Thursday, July 30, 2009
Posted by D. Daniel Sokol
Nicola Giocoli of the Department of Economics, University of Pisa has a piece on When Low is No Good: Predatory Pricing and the History of Antitrust Economics (Part I).
The history of predatory pricing law and economics is peculiar on account of
the seemingly inescapable contradiction between the legal habit of condemning a
business practice on account of its possible unfair and inefficient effects and
the necessity of providing an economic rationale for the condemnation without
undermining the essence of competition itself. The apparently rock-solid
equation “low price = good price” makes such a rationale neither immediate nor
easy to find – and predatory pricing such an interesting issue from the
viewpoint of historians of economics. How to circumvent the equation has been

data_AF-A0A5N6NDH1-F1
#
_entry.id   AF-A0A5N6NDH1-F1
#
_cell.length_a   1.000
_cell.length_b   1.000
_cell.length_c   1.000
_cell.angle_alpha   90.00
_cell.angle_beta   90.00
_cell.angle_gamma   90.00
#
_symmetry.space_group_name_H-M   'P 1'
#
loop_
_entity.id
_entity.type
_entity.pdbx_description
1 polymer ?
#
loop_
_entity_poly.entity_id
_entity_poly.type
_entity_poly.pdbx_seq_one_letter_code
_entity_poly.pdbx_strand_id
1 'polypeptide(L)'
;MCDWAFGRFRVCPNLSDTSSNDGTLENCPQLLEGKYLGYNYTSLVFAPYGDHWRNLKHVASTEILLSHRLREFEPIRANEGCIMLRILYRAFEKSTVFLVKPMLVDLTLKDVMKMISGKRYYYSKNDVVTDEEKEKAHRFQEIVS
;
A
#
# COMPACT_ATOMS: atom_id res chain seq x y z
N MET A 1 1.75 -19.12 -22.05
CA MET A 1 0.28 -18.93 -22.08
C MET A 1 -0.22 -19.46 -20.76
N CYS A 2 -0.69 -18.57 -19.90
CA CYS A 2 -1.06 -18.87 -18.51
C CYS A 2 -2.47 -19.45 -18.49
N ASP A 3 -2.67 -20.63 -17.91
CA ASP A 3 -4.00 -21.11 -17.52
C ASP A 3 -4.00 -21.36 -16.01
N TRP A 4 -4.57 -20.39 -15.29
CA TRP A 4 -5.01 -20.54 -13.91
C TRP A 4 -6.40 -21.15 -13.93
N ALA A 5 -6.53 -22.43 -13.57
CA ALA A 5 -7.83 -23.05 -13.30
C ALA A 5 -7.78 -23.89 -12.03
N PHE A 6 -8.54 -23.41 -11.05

the challenge for several of the most brilliant minds of postwar microeconomics,
as well as for outstanding law scholars. It is a fascinating story, with deep
implications for at least two major historiographic issues: first, the evolution
of neoclassical economics, as embodied in one of its most important branches,
industrial organization; second, the relationship between the formal results of
theoretical economics and their policy implications, in a particular their
applicability for courtroom litigation.
This is the first in a pair of papers dedicated to this story. The division between the two works is strictly chronological: the present paper covers the period from the 1950s to about 1980, that is to say, until the verge of the game-theoretic revolution in industrial organization; the other will focus on the period 1980–2000, covering the above-mentioned revolution and its relationship with a couple of remarkable Supreme Court’s decisions on predatory pricing. The main thesis of the two works is that the traditional dichotomy between alternative legal standards, those based on “stories” and those based on “rules”, may prove useful in interpreting the evolution of economists’ thought about predatory pricing and, more generally, in explaining under what conditions a theoretical statement may have an effective policy impact, especially in courtrooms.